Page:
What we’re reading: What will journalism look like in 2020?
Take a look at some of things we are currently reading in our newsroom
According to a report by internet research company Top10VPN, sub-Saharan Africa’s cost of government-led internet shutdowns is second to the Middle East and North Africa. The total global cost of internet shutdowns is $8.05 billion, whereas for Sub-Saharan Africa this cost is $2.1 billion. The report identifies the total economic impact of every major internet blackout and social media shutdown by governments “to exert control over the flow of information” around the world last year.
The report states that shutdowns occurred mostly in response to protests or civil unrest as “authoritarian regimes looked to restrict the flow of information and maintain their grip on power.”
Ranked according to the total economic cost where disruptions occurred, in Africa, Sudan topped the list with a total of 1,560 hours of shutdowns costing $1.866 million. Globally, the East-African country ranked second behind Iraq with 263 hours of shutdowns costing $2.320 million.
Other African countries with excessively high costs incurred for internet shutdowns include Algeria ($19.7 million); Chad ($125.9 million); DRC (61.2 million); Ethiopia ($56.8 million); Zimbabwe ($34.5 million); Egypt ($3.8 million); Benin and Gabon ($1.1 million); Eritrea ($400 million) and Liberia ($377,000).
Every year the Nieman Lab ask various industry leaders from around the world on what they think is going to happen in the next 12 months within journalism and digital media. Some of the predictions are positive for the industry. Chief Technology Officer at Charbeat, Josh Schwartz says the trend of metered paywalls has reached its end. He predicts a shift in “how publishers implement their paywalls, with many beginning to operate a freemium-style model”.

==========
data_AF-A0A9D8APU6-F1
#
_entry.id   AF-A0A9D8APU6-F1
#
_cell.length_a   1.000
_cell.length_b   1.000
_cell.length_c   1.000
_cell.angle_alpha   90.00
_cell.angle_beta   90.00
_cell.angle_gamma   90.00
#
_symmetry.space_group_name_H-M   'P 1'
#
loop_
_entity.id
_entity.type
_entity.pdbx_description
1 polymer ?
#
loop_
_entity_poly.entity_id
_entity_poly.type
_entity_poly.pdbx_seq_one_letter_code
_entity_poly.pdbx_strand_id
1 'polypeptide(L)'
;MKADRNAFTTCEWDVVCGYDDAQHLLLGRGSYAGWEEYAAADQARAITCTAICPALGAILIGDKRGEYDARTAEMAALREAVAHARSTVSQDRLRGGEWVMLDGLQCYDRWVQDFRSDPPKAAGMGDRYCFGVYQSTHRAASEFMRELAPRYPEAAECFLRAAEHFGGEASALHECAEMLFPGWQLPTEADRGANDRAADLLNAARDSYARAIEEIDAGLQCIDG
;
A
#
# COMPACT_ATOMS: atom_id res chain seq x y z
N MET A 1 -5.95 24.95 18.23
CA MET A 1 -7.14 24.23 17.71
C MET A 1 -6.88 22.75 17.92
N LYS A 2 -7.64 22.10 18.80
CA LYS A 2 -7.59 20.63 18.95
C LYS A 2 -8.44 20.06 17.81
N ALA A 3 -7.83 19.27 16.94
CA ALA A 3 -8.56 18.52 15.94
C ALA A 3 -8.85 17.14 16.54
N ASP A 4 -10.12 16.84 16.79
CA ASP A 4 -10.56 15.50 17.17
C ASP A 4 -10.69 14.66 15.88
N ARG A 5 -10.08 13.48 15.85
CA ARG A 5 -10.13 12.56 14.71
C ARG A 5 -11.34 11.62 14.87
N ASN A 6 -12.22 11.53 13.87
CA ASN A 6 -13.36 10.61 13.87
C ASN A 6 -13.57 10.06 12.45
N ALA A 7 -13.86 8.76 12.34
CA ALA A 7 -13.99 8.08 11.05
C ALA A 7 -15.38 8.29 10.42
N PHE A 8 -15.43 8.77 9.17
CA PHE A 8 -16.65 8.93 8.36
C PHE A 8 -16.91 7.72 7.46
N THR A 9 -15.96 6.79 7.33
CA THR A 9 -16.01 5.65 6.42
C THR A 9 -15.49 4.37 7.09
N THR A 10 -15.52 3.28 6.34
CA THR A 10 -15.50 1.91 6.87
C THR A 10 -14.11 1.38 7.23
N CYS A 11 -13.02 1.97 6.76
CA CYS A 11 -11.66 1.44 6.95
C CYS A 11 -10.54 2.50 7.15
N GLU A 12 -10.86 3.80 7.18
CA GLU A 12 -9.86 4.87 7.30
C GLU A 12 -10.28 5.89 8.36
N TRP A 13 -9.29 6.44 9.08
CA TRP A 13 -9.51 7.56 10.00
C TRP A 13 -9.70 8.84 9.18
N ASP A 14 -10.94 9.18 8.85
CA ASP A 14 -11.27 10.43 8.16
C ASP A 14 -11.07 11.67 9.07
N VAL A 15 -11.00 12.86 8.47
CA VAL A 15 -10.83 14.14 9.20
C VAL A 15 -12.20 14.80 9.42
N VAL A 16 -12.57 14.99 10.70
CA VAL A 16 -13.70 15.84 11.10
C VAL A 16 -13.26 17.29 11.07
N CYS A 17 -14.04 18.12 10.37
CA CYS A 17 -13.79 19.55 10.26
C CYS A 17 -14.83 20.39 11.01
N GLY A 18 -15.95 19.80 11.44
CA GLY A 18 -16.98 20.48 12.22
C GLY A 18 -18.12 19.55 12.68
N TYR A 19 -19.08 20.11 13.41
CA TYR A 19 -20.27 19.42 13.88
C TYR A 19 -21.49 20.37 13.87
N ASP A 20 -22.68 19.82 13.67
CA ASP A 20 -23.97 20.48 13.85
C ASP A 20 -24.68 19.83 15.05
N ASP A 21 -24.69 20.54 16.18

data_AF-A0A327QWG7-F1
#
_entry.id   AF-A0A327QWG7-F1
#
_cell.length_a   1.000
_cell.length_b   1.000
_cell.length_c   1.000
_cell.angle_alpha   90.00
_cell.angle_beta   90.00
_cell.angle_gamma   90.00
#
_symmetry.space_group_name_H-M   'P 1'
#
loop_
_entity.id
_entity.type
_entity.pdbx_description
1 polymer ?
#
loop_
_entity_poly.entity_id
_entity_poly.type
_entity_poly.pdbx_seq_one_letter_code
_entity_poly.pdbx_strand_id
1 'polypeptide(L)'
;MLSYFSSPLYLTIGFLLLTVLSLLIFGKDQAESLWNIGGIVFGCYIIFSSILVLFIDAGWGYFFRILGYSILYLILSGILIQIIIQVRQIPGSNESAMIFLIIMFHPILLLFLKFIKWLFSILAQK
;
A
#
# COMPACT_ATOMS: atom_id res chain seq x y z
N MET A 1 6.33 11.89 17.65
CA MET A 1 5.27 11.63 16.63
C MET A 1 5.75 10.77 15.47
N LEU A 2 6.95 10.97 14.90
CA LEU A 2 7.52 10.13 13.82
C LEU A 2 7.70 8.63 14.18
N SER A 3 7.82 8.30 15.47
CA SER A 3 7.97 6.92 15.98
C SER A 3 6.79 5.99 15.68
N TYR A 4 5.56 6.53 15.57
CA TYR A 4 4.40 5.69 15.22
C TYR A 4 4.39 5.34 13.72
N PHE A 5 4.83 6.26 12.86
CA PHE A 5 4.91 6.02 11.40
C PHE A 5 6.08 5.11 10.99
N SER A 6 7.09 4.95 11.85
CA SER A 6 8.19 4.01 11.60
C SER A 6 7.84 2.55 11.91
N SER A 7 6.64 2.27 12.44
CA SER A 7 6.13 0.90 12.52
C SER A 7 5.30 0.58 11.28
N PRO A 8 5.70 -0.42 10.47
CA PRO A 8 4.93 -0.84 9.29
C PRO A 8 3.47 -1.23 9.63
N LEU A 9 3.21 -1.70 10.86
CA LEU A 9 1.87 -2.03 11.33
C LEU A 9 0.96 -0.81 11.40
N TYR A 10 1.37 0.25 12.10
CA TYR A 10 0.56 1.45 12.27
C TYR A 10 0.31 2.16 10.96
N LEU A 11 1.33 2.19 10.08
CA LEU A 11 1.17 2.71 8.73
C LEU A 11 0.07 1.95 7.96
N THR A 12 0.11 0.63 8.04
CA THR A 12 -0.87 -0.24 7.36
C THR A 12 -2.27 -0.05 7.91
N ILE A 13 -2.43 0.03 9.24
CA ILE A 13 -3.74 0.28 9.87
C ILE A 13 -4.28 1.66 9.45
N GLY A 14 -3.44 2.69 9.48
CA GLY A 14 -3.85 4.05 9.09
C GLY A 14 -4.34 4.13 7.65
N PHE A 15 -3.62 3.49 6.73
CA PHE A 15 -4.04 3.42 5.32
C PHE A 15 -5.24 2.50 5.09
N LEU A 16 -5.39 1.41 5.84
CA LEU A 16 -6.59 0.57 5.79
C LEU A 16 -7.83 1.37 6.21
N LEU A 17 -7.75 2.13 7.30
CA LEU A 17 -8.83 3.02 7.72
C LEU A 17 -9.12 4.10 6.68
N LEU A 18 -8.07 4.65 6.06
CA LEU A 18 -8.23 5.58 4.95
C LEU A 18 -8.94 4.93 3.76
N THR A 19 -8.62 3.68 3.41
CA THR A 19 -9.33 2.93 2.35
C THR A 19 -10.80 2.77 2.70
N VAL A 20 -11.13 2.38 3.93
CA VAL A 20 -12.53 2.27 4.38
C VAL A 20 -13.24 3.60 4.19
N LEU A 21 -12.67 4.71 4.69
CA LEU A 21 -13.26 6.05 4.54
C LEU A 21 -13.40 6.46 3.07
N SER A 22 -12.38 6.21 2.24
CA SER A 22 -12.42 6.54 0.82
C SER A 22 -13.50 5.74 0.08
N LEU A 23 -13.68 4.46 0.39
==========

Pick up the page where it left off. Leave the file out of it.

Others paint a grim picture for the industry. Investigations editor at Quartz, John Keefe warns newsroom to be aware of hacking, especially during a time of elections. Despite hackers having messed with presidential elections, the journalism industry is also vulnerable. Keefe illustrated this through a cyberattack simulation where trusted news websites were hacked. Two university professors warns journalists to think twice before turning to Twitter for information, because it seems like social media may be killing journalism instead of saving the profession.
Two African countries moved up considerably in the 2019 World Press Freedom Index and the continent registered the smallest deterioration in its regional score. The index, compiled by Reporters Without Borders, evaluates the state of journalism in 180 countries and territories every year. The index found that there is an intense climate of fear and hostility towards journalists. Despite this, Ethiopia moved up 40 places to 110th after the country freed all of its detained journalists, while a change of government spurred Gambia’s accent to 92nd, up 30 places from last year’s index.
Despite Eritrea having made peace with its neighbour Ethiopia, it is third from last, having only moved up one spot to 178th. Tanzania moved down 25 places to 118 following unprecedented attacks on the media since Johan Magufuli’s installation as president in 2015. Somalia remains to be Africa’s deadliest country for journalist.
Speaking at the Consumer Electronics Show (CES) in Las Vegas on Wednesday 8 January 2020, Twitter director of product management Suzanne Xie said the social media platform is set to introduce the ability for users to limit who can reply to their tweets with four new options. The four options are Global, Group, Panel, and Statement.
“Global lets anybody reply, Group is for people you follow and mention, Panel is people you specifically mention in the tweet, and Statement simply allows you to post a tweet and receive no replies.”